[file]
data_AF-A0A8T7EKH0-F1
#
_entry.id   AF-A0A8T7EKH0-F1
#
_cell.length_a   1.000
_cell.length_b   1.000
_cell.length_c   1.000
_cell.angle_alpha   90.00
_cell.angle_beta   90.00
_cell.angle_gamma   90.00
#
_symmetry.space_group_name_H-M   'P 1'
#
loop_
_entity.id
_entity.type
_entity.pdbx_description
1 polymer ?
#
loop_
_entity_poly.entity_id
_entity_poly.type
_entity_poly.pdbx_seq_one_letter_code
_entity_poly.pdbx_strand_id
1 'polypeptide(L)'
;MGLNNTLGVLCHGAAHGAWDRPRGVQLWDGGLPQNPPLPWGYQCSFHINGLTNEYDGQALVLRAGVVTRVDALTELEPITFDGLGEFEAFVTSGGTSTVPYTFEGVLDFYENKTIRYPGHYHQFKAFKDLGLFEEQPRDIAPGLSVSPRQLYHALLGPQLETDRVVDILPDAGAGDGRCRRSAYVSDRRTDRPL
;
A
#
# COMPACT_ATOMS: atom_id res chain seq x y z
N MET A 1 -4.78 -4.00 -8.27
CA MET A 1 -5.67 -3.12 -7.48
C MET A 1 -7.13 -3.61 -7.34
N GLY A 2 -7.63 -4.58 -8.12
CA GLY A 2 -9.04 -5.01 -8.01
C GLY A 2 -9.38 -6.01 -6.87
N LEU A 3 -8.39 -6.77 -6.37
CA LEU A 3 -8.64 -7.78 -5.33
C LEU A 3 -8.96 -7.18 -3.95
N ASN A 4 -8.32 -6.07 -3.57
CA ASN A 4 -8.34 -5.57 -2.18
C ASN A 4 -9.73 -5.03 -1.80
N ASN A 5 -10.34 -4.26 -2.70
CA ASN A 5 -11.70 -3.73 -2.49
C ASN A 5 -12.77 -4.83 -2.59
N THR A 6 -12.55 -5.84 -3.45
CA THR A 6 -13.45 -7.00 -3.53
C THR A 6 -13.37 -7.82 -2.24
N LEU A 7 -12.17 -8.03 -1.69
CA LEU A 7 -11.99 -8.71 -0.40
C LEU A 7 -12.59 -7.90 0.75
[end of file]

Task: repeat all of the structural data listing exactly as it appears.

data_AF-A0A8T7EKH0-F1
#
_entry.id   AF-A0A8T7EKH0-F1
#
_cell.length_a   1.000
_cell.length_b   1.000
_cell.length_c   1.000
_cell.angle_alpha   90.00
_cell.angle_beta   90.00
_cell.angle_gamma   90.00
#
_symmetry.space_group_name_H-M   'P 1'
#
loop_
_entity.id
_entity.type
_entity.pdbx_description
1 polymer ?
#
loop_
_entity_poly.entity_id
_entity_poly.type
_entity_poly.pdbx_seq_one_letter_code
_entity_poly.pdbx_strand_id
1 'polypeptide(L)'
;MGLNNTLGVLCHGAAHGAWDRPRGVQLWDGGLPQNPPLPWGYQCSFHINGLTNEYDGQALVLRAGVVTRVDALTELEPITFDGLGEFEAFVTSGGTSTVPYTFEGVLDFYENKTIRYPGHYHQFKAFKDLGLFEEQPRDIAPGLSVSPRQLYHALLGPQLETDRVVDILPDAGAGDGRCRRSAYVSDRRTDRPL
;
A
#
# COMPACT_ATOMS: atom_id res chain seq x y z
N MET A 1 -4.78 -4.00 -8.27
CA MET A 1 -5.67 -3.12 -7.48
C MET A 1 -7.13 -3.61 -7.34
N GLY A 2 -7.63 -4.58 -8.12
CA GLY A 2 -9.04 -5.01 -8.01
C GLY A 2 -9.38 -6.01 -6.87
N LEU A 3 -8.39 -6.77 -6.37
CA LEU A 3 -8.64 -7.78 -5.33
C LEU A 3 -8.96 -7.18 -3.95
N ASN A 4 -8.32 -6.07 -3.57
CA ASN A 4 -8.34 -5.57 -2.18
C ASN A 4 -9.73 -5.03 -1.80
N ASN A 5 -10.34 -4.26 -2.70
CA ASN A 5 -11.70 -3.73 -2.49
C ASN A 5 -12.77 -4.83 -2.59
N THR A 6 -12.55 -5.84 -3.45
CA THR A 6 -13.45 -7.00 -3.53
C THR A 6 -13.37 -7.82 -2.24
N LEU A 7 -12.17 -8.03 -1.69
CA LEU A 7 -11.99 -8.71 -0.40
C LEU A 7 -12.59 -7.90 0.75